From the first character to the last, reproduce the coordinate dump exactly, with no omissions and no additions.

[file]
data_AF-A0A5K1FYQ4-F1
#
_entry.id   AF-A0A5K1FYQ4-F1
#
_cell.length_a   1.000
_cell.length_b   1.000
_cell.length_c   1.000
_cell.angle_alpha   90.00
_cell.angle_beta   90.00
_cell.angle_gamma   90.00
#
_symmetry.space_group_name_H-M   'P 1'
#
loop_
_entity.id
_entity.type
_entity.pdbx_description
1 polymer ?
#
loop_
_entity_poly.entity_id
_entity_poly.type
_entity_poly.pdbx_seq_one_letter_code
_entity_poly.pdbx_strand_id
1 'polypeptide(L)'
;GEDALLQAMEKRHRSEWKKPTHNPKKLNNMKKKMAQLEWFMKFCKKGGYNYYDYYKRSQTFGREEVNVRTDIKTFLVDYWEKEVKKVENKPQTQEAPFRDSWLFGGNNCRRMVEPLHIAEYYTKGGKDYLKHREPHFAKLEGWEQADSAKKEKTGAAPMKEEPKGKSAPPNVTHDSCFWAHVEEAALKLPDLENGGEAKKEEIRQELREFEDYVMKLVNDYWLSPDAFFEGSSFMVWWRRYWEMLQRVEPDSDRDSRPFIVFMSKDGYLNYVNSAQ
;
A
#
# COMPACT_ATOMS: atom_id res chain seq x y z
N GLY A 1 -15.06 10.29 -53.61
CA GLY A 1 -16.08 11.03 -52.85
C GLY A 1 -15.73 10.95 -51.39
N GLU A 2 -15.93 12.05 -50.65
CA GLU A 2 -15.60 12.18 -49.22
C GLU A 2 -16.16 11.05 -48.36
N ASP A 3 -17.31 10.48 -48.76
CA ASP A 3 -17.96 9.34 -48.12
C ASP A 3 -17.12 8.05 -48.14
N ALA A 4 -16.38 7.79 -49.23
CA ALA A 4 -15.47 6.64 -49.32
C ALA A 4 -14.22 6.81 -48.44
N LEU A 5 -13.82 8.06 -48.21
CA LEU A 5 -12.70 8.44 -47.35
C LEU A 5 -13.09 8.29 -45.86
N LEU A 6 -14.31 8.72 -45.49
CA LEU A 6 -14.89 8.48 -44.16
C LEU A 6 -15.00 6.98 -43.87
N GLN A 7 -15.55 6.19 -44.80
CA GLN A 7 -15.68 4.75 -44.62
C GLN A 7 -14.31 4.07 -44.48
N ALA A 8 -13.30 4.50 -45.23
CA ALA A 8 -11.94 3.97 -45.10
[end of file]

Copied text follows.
data_AF-A0A5K1FYQ4-F1
#
_entry.id   AF-A0A5K1FYQ4-F1
#
_cell.length_a   1.000
_cell.length_b   1.000
_cell.length_c   1.000
_cell.angle_alpha   90.00
_cell.angle_beta   90.00
_cell.angle_gamma   90.00
#
_symmetry.space_group_name_H-M   'P 1'
#
loop_
_entity.id
_entity.type
_entity.pdbx_description
1 polymer ?
#
loop_
_entity_poly.entity_id
_entity_poly.type
_entity_poly.pdbx_seq_one_letter_code
_entity_poly.pdbx_strand_id
1 'polypeptide(L)'
;GEDALLQAMEKRHRSEWKKPTHNPKKLNNMKKKMAQLEWFMKFCKKGGYNYYDYYKRSQTFGREEVNVRTDIKTFLVDYWEKEVKKVENKPQTQEAPFRDSWLFGGNNCRRMVEPLHIAEYYTKGGKDYLKHREPHFAKLEGWEQADSAKKEKTGAAPMKEEPKGKSAPPNVTHDSCFWAHVEEAALKLPDLENGGEAKKEEIRQELREFEDYVMKLVNDYWLSPDAFFEGSSFMVWWRRYWEMLQRVEPDSDRDSRPFIVFMSKDGYLNYVNSAQ
;
A
#
# COMPACT_ATOMS: atom_id res chain seq x y z
N GLY A 1 -15.06 10.29 -53.61
CA GLY A 1 -16.08 11.03 -52.85
C GLY A 1 -15.73 10.95 -51.39
N GLU A 2 -15.93 12.05 -50.65
CA GLU A 2 -15.60 12.18 -49.22
C GLU A 2 -16.16 11.05 -48.36
N ASP A 3 -17.31 10.48 -48.76
CA ASP A 3 -17.96 9.34 -48.12
C ASP A 3 -17.12 8.05 -48.14
N ALA A 4 -16.38 7.79 -49.23
CA ALA A 4 -15.47 6.64 -49.32
C ALA A 4 -14.22 6.81 -48.44
N LEU A 5 -13.82 8.06 -48.21
CA LEU A 5 -12.70 8.44 -47.35
C LEU A 5 -13.09 8.29 -45.86
N LEU A 6 -14.31 8.72 -45.49
CA LEU A 6 -14.89 8.48 -44.16
C LEU A 6 -15.00 6.98 -43.87
N GLN A 7 -15.55 6.19 -44.80
CA GLN A 7 -15.68 4.75 -44.62
C GLN A 7 -14.31 4.07 -44.48
N ALA A 8 -13.30 4.50 -45.23
CA ALA A 8 -11.94 3.97 -45.10